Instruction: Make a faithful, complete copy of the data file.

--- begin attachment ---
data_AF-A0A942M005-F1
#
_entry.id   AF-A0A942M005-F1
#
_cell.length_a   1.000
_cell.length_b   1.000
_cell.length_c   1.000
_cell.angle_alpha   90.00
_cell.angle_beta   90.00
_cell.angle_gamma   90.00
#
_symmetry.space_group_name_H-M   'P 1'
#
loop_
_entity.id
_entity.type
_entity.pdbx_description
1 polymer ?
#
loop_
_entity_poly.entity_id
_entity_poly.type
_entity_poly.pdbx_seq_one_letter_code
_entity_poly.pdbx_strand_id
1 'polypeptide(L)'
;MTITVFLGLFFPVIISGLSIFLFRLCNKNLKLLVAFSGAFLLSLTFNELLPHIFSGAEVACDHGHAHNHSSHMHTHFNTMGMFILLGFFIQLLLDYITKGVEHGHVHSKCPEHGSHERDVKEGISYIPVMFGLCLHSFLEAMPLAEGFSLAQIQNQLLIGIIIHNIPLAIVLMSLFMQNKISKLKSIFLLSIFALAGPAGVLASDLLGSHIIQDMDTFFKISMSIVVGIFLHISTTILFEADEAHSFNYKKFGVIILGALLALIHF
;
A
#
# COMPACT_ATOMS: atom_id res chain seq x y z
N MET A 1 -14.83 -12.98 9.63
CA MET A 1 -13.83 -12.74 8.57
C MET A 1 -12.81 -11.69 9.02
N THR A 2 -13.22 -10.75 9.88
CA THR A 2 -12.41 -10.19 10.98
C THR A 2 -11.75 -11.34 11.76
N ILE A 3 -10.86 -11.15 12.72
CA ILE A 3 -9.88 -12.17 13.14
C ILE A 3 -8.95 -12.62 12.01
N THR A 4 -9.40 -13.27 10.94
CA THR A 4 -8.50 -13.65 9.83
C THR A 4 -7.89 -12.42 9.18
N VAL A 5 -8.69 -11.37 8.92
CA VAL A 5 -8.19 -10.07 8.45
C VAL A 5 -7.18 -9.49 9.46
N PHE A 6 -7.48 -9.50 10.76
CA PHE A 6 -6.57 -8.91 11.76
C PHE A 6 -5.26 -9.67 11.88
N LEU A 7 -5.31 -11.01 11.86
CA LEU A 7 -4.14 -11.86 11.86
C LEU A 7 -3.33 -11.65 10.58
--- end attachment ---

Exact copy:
data_AF-A0A942M005-F1
#
_entry.id   AF-A0A942M005-F1
#
_cell.length_a   1.000
_cell.length_b   1.000
_cell.length_c   1.000
_cell.angle_alpha   90.00
_cell.angle_beta   90.00
_cell.angle_gamma   90.00
#
_symmetry.space_group_name_H-M   'P 1'
#
loop_
_entity.id
_entity.type
_entity.pdbx_description
1 polymer ?
#
loop_
_entity_poly.entity_id
_entity_poly.type
_entity_poly.pdbx_seq_one_letter_code
_entity_poly.pdbx_strand_id
1 'polypeptide(L)'
;MTITVFLGLFFPVIISGLSIFLFRLCNKNLKLLVAFSGAFLLSLTFNELLPHIFSGAEVACDHGHAHNHSSHMHTHFNTMGMFILLGFFIQLLLDYITKGVEHGHVHSKCPEHGSHERDVKEGISYIPVMFGLCLHSFLEAMPLAEGFSLAQIQNQLLIGIIIHNIPLAIVLMSLFMQNKISKLKSIFLLSIFALAGPAGVLASDLLGSHIIQDMDTFFKISMSIVVGIFLHISTTILFEADEAHSFNYKKFGVIILGALLALIHF
;
A
#
# COMPACT_ATOMS: atom_id res chain seq x y z
N MET A 1 -14.83 -12.98 9.63
CA MET A 1 -13.83 -12.74 8.57
C MET A 1 -12.81 -11.69 9.02
N THR A 2 -13.22 -10.75 9.88
CA THR A 2 -12.41 -10.19 10.98
C THR A 2 -11.75 -11.34 11.76
N ILE A 3 -10.86 -11.15 12.72
CA ILE A 3 -9.88 -12.17 13.14
C ILE A 3 -8.95 -12.62 12.01
N THR A 4 -9.40 -13.27 10.94
CA THR A 4 -8.50 -13.65 9.83
C THR A 4 -7.89 -12.42 9.18
N VAL A 5 -8.69 -11.37 8.92
CA VAL A 5 -8.19 -10.07 8.45
C VAL A 5 -7.18 -9.49 9.46
N PHE A 6 -7.48 -9.50 10.76
CA PHE A 6 -6.57 -8.91 11.76
C PHE A 6 -5.26 -9.67 11.88
N LEU A 7 -5.31 -11.01 11.86
CA LEU A 7 -4.14 -11.86 11.86
C LEU A 7 -3.33 -11.65 10.58